Draft Local Government (Organisation and Standards) Bill Appendices to the Minutes of Evidence - First Report


Memorandum by South Somerset District Council

  Thank you for the opportunity to comment on the draft Bill—the possibility of contributing to the debate has been very welcomed by our Authority.


  We are very supportive of the principles that underpin the draft Bill, the preceding White Paper and other documents which outlined the coming Agenda. We might articulate these principles as:

    —  Community Leadership—the prime function of modern Local Government.

    —  Local Choice—involving local people in meeting local needs.

    —  Accountability—including responsiveness to local communities.

    —  Democratic Renewal and Involvement—the involvement of local people in decisions that affect their lives.

    —  Openness and Transparency—local people should know who is taking decisions and why and why those decisions were made.

  Councils who embrace the modernisation Agenda might be characterised by:

    —  Services that meet the standards of quality and value required by local people.

    —  Efficiency. Better decisions taken speedily in a less resource intensive way.

    —  Powerful Roles for all councillors to formulate policy, represent local ward concerns, champion their area and influence executive decisions affecting that area.

    —  Local Ownership of structures to deliver the functions required by local people.

    —  Trust that local people have in their authority because of its high standards of conduct combined with transparency.

  The concern we have about the draft Bill is that it approaches the modernisation Agenda from the direction of structures which might meet the guiding principles rather than relying on Local Government to deliver on these principles with structures which satisfy local needs. At South Somerset, we feel that the clinical separation of the executive from a scrutiny role will not necessarily deliver the principles as well as we could by making small improvements to our existing, more innovative, structure.


  The establishment of three off the peg models from which we have to choose the best fit somewhat undermines the title of the paper "Local Leadership, Local Choice". The assumption throughout the Bill is that all Councils have a traditional structure. Whilst this may be true in many cases there is an increasing number of Councils who have experimented successfully with non-traditional initiatives that takes them at least as far towards meeting some of the principles outlined above as those envisaged by the Bill.

  South Somerset District Council is, we believe, such a case.


  South Somerset is one of the significant number of authorities delivering Local Government through decentralised arrangements. In our case, since 1991, we have had generic area committees which have made decisions on behalf of local people and which have been supported by decentralised budgets and area staff teams in area offices. Corporate cohesion is ensured by a district-wide Executive Committee on the Cabinet model. The White Paper "In Touch with the People" seems to support decentralised approaches because they bring government closer to the people, not only through their geographic dimension but also through their multi purpose functions.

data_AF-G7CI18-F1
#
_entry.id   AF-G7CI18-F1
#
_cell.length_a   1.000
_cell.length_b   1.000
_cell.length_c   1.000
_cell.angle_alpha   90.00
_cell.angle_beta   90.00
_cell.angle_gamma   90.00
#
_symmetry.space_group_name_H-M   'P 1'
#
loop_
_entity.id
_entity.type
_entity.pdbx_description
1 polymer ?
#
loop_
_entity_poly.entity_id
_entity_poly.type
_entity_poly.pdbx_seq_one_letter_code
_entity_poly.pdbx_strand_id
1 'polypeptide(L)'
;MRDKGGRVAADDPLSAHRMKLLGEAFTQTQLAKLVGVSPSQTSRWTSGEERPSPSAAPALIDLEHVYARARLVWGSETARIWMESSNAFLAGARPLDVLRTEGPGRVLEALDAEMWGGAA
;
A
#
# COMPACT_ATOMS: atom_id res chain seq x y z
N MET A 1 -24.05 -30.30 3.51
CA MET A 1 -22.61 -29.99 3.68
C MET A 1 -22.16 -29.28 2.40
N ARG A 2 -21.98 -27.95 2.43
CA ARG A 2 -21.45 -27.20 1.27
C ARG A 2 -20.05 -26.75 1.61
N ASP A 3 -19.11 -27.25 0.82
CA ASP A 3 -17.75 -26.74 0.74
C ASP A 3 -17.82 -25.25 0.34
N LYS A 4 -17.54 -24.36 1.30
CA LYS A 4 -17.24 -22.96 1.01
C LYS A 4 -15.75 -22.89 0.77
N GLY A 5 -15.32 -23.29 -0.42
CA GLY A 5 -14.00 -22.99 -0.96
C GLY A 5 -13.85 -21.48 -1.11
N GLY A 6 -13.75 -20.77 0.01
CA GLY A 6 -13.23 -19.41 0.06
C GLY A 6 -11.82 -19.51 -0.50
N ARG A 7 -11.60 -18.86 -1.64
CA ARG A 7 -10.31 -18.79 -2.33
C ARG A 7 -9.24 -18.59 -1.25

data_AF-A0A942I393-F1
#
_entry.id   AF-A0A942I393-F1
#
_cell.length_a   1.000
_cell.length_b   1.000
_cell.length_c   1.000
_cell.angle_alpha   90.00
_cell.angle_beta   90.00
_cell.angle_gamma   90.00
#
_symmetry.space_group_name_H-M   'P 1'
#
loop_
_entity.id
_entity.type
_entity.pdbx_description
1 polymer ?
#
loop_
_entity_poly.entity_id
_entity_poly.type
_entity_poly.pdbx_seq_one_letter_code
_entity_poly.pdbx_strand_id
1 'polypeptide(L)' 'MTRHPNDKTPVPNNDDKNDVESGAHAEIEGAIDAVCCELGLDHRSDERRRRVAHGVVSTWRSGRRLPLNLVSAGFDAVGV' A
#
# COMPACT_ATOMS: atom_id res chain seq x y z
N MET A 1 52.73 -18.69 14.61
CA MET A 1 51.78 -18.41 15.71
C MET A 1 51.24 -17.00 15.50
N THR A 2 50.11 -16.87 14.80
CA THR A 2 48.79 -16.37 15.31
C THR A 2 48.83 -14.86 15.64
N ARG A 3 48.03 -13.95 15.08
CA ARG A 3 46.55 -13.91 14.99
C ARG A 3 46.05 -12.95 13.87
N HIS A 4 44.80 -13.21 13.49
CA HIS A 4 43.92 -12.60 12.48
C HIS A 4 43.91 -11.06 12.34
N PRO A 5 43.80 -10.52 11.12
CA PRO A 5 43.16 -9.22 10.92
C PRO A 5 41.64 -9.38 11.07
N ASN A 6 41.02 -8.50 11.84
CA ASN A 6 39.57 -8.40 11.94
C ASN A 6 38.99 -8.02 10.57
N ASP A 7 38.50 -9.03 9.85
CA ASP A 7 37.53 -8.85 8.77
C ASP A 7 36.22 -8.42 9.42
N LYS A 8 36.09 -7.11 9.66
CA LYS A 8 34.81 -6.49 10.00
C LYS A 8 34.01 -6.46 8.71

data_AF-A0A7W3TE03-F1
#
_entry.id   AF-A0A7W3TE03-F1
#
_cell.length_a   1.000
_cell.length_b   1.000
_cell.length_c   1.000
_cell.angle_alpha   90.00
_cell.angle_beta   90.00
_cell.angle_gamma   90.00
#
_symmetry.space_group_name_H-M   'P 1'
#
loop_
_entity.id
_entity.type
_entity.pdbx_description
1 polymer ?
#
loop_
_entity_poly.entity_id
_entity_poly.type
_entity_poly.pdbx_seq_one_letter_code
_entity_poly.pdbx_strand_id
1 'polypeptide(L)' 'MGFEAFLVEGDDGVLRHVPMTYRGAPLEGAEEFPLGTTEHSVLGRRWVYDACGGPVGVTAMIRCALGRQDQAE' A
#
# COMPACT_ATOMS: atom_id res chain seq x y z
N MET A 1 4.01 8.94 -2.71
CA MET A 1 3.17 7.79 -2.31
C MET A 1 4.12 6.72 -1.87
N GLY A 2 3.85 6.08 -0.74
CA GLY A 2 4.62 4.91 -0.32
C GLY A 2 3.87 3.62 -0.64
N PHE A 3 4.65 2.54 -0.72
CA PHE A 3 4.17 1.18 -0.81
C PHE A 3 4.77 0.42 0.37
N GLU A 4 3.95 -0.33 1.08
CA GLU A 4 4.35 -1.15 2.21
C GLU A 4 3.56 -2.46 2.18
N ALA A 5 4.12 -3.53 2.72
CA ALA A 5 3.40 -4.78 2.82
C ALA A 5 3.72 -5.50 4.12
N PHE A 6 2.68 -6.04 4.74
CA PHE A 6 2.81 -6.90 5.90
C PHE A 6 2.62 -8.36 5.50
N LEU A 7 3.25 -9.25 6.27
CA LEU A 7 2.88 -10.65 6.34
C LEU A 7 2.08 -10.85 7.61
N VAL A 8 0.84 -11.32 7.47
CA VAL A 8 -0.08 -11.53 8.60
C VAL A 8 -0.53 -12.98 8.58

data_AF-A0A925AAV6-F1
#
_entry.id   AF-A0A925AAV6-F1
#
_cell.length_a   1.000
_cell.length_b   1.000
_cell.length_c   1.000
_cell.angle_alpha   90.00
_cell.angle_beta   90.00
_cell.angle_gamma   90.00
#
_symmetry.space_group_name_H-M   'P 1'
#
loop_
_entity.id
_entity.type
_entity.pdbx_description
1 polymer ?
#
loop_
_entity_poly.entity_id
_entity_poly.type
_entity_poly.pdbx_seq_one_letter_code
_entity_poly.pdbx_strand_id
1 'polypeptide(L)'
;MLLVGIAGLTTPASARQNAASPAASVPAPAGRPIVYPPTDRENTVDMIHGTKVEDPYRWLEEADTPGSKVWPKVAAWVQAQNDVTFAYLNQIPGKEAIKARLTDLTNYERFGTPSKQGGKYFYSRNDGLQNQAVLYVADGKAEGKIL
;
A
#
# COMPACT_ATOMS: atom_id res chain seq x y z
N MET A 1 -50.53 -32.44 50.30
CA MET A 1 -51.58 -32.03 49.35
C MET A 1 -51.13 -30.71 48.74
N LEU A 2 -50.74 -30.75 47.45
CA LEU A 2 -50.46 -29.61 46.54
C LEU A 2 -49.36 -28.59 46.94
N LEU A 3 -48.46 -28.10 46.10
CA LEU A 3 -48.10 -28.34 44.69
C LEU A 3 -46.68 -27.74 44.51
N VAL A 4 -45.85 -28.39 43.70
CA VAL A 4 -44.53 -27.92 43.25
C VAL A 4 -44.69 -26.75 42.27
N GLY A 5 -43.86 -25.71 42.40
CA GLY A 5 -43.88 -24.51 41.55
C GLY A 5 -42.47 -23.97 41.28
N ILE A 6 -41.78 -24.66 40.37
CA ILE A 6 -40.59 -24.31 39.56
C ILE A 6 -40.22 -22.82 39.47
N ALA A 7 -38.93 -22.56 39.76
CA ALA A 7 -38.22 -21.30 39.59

Our experience of these structures has shown that they help us achieve the guiding principles of the draft Bill. We have found, for example, that in comparison with the departmental structure we had before 1991, there is stronger leadership for local communities, a more powerful role for councillors and more transparency throughout the Council. The Bill appears to assume that the area committee's role should be confined only to advising the executive. Decisions on regulatory matters seem to be channelled back to some central committee—which for us would be a retrograde step. We would want such decisions to be made speedily and as near as possible to the people affected by them—and the area committee achieves that for us. Planning is a part of the agenda that generates great interest, and part of that function and licensing, is partly delegated to Town Councils. The absolute separation of the executive from the scrutiny role does not support this aim and does not add value.


  Community leadership should be supported by a council's structure. It should enable a clear public focus, not only for providing leadership in the authority (through the preparation of plans, strategies and budgets) but also in the community (through community planning and partnerships). All this would work towards the "joined up government" that we so badly need to develop. This needs not only to occur at the authority-wide level but also more crucially at an area level where service providers and programmes fuse to deliver services to local communities.

  Our generic area committees have done much to develop this way of working in South Somerset and we will be taking this a stage further as area community plans become developed. The removal of the area committee's decision making powers would certainly reduce its power and diffuse its focus. It would also reduce the opportunity for an area-wide scrutiny of the services provided, to the detriment of local people. It would seem sensible for the legislation to provide for our type of decentralised structure, especially if we can demonstrate that it better meets the guiding principles than the proposals in the draft Bill.

20 May 1999

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